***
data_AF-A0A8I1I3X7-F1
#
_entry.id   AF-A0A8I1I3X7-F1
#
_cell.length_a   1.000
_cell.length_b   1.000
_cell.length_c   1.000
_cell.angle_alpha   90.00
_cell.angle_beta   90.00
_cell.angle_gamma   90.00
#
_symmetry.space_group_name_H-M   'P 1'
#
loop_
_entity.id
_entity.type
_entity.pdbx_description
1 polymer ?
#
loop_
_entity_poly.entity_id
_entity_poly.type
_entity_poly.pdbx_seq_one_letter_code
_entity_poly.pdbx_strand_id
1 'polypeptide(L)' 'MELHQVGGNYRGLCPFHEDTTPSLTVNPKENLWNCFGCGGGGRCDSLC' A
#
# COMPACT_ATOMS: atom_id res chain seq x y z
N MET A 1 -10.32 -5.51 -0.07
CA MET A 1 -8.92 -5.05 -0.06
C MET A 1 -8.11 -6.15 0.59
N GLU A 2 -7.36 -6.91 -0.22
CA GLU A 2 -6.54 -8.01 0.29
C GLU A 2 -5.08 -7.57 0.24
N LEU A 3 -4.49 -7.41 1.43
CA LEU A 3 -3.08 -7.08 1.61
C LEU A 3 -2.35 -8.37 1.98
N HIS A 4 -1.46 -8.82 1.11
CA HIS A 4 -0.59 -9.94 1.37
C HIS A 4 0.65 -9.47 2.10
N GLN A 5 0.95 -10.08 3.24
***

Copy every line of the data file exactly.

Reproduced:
data_AF-A0A8I1I3X7-F1
#
_entry.id   AF-A0A8I1I3X7-F1
#
_cell.length_a   1.000
_cell.length_b   1.000
_cell.length_c   1.000
_cell.angle_alpha   90.00
_cell.angle_beta   90.00
_cell.angle_gamma   90.00
#
_symmetry.space_group_name_H-M   'P 1'
#
loop_
_entity.id
_entity.type
_entity.pdbx_description
1 polymer ?
#
loop_
_entity_poly.entity_id
_entity_poly.type
_entity_poly.pdbx_seq_one_letter_code
_entity_poly.pdbx_strand_id
1 'polypeptide(L)' 'MELHQVGGNYRGLCPFHEDTTPSLTVNPKENLWNCFGCGGGGRCDSLC' A
#
# COMPACT_ATOMS: atom_id res chain seq x y z
N MET A 1 -10.32 -5.51 -0.07
CA MET A 1 -8.92 -5.05 -0.06
C MET A 1 -8.11 -6.15 0.59
N GLU A 2 -7.36 -6.91 -0.22
CA GLU A 2 -6.54 -8.01 0.29
C GLU A 2 -5.08 -7.57 0.24
N LEU A 3 -4.49 -7.41 1.43
CA LEU A 3 -3.08 -7.08 1.61
C LEU A 3 -2.35 -8.37 1.98
N HIS A 4 -1.46 -8.82 1.11
CA HIS A 4 -0.59 -9.94 1.37
C HIS A 4 0.65 -9.47 2.10
N GLN A 5 0.95 -10.08 3.24